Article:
New York State Funeral Directors Association

A long-neglected burial site has found friends – and family – brought together after a fortunate set of circumstances.

Finding out you are a descendant of an important local figure is remarkable.

Learning their burial site is neglected and all-but forgotten, is another.

The case of the Slingerland Family Vault is a great opportunity to detail some search options that might help others find their long, lost relatives too.

The Albany Times Union newspaper reports a woman discovered, thanks to a DNA test, that John I. Slingerland is her third great-grandfather.

Slingerland was a New York State Assemblyman and served as a member of the U.S. Congress in the 1800s. He is remembered as a proponent of the rights of tenants, and other accomplishments.

He and other Slingerland family members were buried in a family vault on a property in Slingerlands, in the town of Bethlehem, Albany County.

That burial vault was nearly forgotten. But now, an effort is underway to restore it, with help from residents and family, according to the newspaper.


The American population has dispersed throughout the country over the past 200 years – making it easy to lose track of who we are and where we come from.

There are a few DNA testing options for folks looking to discover their roots. In the case of the Slingerlands, this is how the woman found out she is his descendant.

There is a recent article detailing the pros and cons of the different DNA testing programs which outlines the options well.

CLICK HERE to review the article which pinpoints five different DNA tests people can choose from.

My personal experience is only with Ancestry DNA. I visit the page every so often, and it shares new ancestor discoveries based on my DNA:

View of shows possible new relatives based on DNA for Ed Munger

My DNA results say me and roughly 529,000 members of this particular DNA program are linked to the migration of some of the first settlers in the U.S.

Difficult farming terrain led folks to the timber trade, fishing and other pursuits. After the Revolutionary War, many moved west to places like Iowa, Wisconsin, Ohio and Michigan. By the mid-1950s, these early settlers were dispersed throughout the U.S.

That migration means people interested in their ancestors have to search throughout the country if they want to make sure they aren’t forgetting any ancestors – and that their ancestors aren’t buried in some forgotten, neglected family cemetery.


There are several cemetery search web sites, and people searching for relatives outside of their own neighborhood would likely find some with a simple search.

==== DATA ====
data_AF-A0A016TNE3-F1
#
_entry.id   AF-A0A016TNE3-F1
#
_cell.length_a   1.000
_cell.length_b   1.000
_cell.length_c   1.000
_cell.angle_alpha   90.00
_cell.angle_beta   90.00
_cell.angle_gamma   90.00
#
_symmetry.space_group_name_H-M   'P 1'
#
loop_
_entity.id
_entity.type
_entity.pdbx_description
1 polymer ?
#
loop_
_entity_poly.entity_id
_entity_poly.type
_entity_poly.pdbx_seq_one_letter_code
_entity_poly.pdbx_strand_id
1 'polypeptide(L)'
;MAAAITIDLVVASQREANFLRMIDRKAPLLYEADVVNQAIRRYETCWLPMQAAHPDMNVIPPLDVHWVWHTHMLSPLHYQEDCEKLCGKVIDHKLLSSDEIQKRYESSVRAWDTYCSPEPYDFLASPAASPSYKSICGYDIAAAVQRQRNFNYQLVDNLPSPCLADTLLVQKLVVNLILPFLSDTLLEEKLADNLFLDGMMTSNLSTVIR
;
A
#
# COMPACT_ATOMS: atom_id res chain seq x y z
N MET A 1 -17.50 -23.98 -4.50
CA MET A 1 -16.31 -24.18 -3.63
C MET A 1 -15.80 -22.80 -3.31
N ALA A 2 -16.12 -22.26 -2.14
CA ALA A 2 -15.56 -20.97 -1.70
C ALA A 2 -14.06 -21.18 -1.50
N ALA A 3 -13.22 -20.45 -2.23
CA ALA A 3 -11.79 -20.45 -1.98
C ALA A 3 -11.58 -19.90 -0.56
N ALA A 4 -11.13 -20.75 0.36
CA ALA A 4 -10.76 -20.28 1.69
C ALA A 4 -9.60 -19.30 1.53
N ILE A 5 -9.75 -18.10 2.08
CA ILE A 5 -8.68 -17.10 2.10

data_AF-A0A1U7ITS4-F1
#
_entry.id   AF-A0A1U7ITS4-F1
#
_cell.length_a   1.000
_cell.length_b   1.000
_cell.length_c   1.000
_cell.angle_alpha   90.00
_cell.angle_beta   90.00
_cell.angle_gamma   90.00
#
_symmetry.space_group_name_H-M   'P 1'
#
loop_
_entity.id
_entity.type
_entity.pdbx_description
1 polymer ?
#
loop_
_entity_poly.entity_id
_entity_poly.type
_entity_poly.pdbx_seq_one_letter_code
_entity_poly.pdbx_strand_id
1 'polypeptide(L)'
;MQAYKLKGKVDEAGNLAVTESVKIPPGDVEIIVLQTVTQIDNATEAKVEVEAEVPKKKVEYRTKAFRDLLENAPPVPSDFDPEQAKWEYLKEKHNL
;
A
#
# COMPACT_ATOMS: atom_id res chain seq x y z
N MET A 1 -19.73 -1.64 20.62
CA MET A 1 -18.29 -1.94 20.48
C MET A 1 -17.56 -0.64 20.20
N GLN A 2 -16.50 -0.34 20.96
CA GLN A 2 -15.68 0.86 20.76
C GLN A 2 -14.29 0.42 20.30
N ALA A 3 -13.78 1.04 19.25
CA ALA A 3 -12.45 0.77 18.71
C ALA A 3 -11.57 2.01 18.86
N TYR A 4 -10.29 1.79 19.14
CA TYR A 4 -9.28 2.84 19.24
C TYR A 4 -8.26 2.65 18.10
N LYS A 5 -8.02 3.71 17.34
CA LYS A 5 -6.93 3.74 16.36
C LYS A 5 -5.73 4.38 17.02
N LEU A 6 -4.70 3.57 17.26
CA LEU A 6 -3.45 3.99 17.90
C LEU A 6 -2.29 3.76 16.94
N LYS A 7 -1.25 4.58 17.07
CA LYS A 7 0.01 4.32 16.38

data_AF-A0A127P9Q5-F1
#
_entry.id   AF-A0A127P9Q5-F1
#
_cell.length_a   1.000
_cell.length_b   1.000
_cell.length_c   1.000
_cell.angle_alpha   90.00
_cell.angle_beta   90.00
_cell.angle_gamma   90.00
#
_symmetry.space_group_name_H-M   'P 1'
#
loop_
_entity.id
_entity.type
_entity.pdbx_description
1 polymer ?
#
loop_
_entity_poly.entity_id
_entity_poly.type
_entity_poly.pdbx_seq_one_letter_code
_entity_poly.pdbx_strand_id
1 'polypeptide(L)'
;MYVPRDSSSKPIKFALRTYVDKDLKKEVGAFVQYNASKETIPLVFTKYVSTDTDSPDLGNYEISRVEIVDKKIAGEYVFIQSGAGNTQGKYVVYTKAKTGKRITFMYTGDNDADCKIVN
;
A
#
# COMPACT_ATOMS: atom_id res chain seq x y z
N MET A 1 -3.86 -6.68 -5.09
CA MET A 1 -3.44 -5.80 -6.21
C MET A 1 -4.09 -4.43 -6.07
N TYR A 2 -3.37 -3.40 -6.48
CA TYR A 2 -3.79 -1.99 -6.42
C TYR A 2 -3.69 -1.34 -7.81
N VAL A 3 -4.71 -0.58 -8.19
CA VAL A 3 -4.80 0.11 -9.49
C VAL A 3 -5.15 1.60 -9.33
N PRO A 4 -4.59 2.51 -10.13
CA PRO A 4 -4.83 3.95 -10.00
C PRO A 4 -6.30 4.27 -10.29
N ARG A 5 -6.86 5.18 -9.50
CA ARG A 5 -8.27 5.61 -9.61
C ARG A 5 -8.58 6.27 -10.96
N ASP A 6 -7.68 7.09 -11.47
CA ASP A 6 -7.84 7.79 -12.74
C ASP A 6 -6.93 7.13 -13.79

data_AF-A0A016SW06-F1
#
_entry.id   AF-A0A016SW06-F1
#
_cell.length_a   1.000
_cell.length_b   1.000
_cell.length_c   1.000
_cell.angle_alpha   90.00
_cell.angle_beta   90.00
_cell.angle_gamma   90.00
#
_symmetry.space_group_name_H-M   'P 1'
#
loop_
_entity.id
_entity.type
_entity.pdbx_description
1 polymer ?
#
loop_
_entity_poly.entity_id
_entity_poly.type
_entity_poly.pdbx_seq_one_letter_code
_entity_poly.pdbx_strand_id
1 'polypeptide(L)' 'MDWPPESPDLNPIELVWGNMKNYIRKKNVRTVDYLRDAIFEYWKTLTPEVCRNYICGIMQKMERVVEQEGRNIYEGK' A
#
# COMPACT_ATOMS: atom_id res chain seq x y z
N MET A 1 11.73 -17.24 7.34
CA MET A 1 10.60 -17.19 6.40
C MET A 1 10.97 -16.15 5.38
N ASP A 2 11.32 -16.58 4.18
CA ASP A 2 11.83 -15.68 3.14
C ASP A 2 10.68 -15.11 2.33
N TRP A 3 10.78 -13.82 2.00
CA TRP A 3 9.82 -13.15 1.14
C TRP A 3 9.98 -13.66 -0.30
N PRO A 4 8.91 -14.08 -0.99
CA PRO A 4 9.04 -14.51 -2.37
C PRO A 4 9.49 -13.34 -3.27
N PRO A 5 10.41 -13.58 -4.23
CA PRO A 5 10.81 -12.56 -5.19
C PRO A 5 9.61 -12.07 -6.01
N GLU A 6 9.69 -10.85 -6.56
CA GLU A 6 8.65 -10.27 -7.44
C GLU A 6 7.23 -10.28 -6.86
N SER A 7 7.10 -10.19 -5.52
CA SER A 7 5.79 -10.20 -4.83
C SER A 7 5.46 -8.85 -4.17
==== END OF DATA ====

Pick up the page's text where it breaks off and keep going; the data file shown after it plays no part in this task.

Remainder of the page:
Be careful when researching, though. If you’re like me, you’ll end up clicking on every clue and hint and new ancestor you’ve never heard of and you can wind up with several e-books.

I end up with a long list of items I want to follow up on and – thanks to requesting the FREE e-books – I’ll be getting a jillion e-mails from genealogy sites, too.

FIND-A-GRAVE There are millions of burial site records – many with photos of the sites themselves – available from Find a Grave. That long-lost and neglected Slingerland Family Burial Vault is among the burial sites on this website.

BILLION GRAVES The Billion Graves website as well contains millions of records one can search. Don’t forget to search both your mother’s maiden name and your father’s last name.

Both of these websites offer something even more than information: They allow people to help out. You can visit cemeteries and take photos of grave sites and upload them to these systems.

This is how folks on one side of the country can actually see burial sites of their relatives on the other side of the country.

INTERMENT.NET Although it’s got fewer frills, The site provides good information and records from several countries. In some cases, the entire list of those buried in a single cemetery are included.

FAMILY SEARCH.ORG – This website contains a grave site index and genealogy resources.

DEATH INDEXES.COM – This site features links to search sites for military burials, a Veterans Affairs burial search and other useful resources.

It’s easy to get lost in these sites – but to me, it’s a good lost.

Searching for ancestors and relatives and their burial sites is a great way to reclaim one’s own personal heritage.

It also helps to engender pride in one’s family and appreciate all your relatives have gone through to get you where you are today.


EdsPhotoEdward Munger Jr.
Communications & Social Media Specialist
NYS Funeral Directors Association